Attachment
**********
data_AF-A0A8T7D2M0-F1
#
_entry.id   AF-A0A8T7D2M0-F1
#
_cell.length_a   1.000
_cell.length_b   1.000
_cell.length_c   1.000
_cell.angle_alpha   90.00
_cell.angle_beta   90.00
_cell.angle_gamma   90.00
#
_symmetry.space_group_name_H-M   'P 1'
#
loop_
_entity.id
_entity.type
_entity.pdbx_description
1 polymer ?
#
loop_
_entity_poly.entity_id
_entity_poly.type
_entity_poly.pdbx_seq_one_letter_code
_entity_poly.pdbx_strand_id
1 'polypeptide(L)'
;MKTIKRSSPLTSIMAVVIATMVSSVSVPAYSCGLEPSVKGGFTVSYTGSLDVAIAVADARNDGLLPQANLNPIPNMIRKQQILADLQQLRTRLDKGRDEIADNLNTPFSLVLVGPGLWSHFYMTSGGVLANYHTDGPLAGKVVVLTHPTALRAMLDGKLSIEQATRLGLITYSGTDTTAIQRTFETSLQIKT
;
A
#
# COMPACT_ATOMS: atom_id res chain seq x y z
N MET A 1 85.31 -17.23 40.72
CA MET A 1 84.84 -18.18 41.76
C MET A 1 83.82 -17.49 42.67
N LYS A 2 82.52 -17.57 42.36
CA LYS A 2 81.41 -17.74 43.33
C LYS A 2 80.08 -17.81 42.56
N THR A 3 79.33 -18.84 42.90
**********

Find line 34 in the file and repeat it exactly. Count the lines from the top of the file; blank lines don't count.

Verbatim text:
N LYS A 2 82.52 -17.57 42.36